That began 5 - now 6 years of searching for an answer and rolling through a long list of NSAIDS and analagesics. Most were codiene based for a couple of years. I researched the issues with Tylenol and liver failure and gave that to my Dr and he switched me to the next level of World Health Organization - meds.

    From there I had 3 trips to the ER and they prescribed stronger IR meds. On the basis of that and some time studies and my own pain chart, we agreed on a Extended Release meds and Break Through meds.

    I also ran through a list of Trycyclic meds, as they affect pain as well, and can provide relief, and give you sleep when the pain intefers.

    It is not a short journey, at least it was not for me!

    Cheers - C45 -
  • i would get to your PM Dr and let him know the pain you're having. My Primary Dr. has handled my pain meds and had to return to her frequently to get a slow release med that helps me get through the day. Have you seen a Spine Specialist yet? Take care. Charry
    DDD of lumbar spine with sciatica to left hip,leg and foot. L4-L5 posterior disc bulge with prominent facets, L5-S1 prominent facets with a posterior osteocartilaginous bar. Mild bilateral foraminal narrowing c-spine c4-c7 RN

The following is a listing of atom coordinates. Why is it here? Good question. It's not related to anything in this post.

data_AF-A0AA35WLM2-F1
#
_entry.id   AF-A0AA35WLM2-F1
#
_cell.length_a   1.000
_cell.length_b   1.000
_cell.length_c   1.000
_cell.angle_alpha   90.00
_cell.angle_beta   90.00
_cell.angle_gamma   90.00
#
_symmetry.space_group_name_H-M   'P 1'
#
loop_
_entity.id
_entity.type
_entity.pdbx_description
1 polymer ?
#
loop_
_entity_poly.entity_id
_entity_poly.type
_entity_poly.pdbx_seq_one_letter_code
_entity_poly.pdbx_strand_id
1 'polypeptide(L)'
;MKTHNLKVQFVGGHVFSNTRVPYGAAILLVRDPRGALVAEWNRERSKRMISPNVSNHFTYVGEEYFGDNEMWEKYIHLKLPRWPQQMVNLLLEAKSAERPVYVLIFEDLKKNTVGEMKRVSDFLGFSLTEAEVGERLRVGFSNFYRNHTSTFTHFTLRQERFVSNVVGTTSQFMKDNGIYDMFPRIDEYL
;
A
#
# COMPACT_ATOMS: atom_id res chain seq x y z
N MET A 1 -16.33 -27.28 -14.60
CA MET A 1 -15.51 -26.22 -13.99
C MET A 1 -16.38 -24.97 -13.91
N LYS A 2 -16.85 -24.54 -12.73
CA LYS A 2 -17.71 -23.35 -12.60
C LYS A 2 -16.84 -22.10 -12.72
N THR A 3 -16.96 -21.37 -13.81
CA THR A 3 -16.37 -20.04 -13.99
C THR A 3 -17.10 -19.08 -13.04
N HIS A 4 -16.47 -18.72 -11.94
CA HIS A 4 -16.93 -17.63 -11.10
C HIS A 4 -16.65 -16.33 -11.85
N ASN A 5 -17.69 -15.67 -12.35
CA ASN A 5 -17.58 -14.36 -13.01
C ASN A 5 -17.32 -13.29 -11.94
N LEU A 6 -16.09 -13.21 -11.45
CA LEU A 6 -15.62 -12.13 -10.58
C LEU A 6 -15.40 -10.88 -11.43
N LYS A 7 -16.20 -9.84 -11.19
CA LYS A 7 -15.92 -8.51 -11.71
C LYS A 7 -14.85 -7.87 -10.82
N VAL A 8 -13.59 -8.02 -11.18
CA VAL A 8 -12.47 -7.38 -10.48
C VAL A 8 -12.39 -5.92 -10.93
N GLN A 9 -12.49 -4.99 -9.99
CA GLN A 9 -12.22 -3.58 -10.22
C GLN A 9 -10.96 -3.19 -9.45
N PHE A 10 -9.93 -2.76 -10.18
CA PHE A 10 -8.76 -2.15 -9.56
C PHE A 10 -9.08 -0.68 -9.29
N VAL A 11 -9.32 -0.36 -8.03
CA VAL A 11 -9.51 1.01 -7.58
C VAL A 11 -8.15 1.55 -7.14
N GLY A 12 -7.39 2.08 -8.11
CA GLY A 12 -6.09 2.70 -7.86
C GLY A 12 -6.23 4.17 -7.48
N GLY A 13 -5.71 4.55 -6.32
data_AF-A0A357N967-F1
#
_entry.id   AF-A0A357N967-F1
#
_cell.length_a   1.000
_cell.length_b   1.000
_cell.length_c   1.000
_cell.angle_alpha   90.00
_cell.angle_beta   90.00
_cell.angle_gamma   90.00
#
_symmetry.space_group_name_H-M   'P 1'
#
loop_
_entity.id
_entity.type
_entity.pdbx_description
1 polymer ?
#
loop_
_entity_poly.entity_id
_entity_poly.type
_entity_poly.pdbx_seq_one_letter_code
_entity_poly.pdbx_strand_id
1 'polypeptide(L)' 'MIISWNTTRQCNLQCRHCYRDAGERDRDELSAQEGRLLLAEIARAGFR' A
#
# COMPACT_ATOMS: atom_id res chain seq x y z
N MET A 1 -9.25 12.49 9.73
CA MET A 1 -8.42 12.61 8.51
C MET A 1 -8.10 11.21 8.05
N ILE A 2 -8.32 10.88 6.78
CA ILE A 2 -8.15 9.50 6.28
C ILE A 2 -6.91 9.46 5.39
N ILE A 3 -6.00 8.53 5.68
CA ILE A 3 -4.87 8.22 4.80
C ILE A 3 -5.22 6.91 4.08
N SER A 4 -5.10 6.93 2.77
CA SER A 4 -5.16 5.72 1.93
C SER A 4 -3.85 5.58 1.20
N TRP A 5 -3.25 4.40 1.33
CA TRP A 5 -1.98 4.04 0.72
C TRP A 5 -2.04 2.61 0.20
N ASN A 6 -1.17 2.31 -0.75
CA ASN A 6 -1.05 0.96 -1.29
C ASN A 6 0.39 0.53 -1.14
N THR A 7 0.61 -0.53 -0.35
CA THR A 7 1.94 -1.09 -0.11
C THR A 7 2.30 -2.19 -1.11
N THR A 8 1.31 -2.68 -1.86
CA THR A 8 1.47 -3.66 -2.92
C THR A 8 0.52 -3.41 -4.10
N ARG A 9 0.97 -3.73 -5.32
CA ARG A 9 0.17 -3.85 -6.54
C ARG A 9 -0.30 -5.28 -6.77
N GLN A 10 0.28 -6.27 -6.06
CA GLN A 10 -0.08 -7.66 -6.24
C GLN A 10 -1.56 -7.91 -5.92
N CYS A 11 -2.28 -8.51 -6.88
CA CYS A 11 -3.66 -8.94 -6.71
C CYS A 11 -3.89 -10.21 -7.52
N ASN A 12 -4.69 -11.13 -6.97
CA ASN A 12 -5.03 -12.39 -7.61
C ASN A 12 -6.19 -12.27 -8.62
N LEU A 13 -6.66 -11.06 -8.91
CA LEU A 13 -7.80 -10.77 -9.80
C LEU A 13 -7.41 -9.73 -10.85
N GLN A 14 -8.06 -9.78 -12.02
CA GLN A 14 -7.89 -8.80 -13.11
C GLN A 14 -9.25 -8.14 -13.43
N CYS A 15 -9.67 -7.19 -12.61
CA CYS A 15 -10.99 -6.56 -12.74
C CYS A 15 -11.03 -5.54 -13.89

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  • You asked: is it time to go to pain management again? Well, the answer has to come out of your doctors mouth, but it is definitely a question to ask them. With no bulging disks or anything that could be even remotely improved via surgery, pain management (i.e. phys therapy, home exercise, and or meds) is the only logical answer I can think of that may help you.

    Your age is less of a burden for you than is your actual situation. The fact that you have this severe pain present, with nothing on your MRI to back it up creates tough decisions for your docs. Is there anything at all that showed up on your MRI that you didn't post? I'm curious...

    JWM
  • the mri was normal with a slight slight slightttt disc buldge at L5 which they deemed unimportant.. it was like 1.5-2 mm but i have no stenosis so i guess they have a point. but i mean they cant find the cause of the pain.. they just said it was chronic. its been 5 months with no releif.. and the epidural injection i have had for pain in fact was injected into my s1 nerve root made my leg useless.. and pain persisted.. its really not fair
  • What drugs have you tried already?
  • 2 norco 10/325 for pain every 4 hours.. it was a slighttttt relief and i stress slight. but apparently the spine specialists who perscribed it said that it was the strongest they could perscribe????? also i took diclofenec *sp* gabapentin soma methlypredisolone.. nothign major yet.. i had to go to the urgent care when i ran out and got a shot of nubain.. but right now i am drugless.. and its hell!
  • They said they didnt find anything on MRI. Have you had any other tests? Radiofrequency lesioning? Injections? How about discogram. That is the only thing that showed what was causing my back pain. I had tears in three discs. PM me if you wish.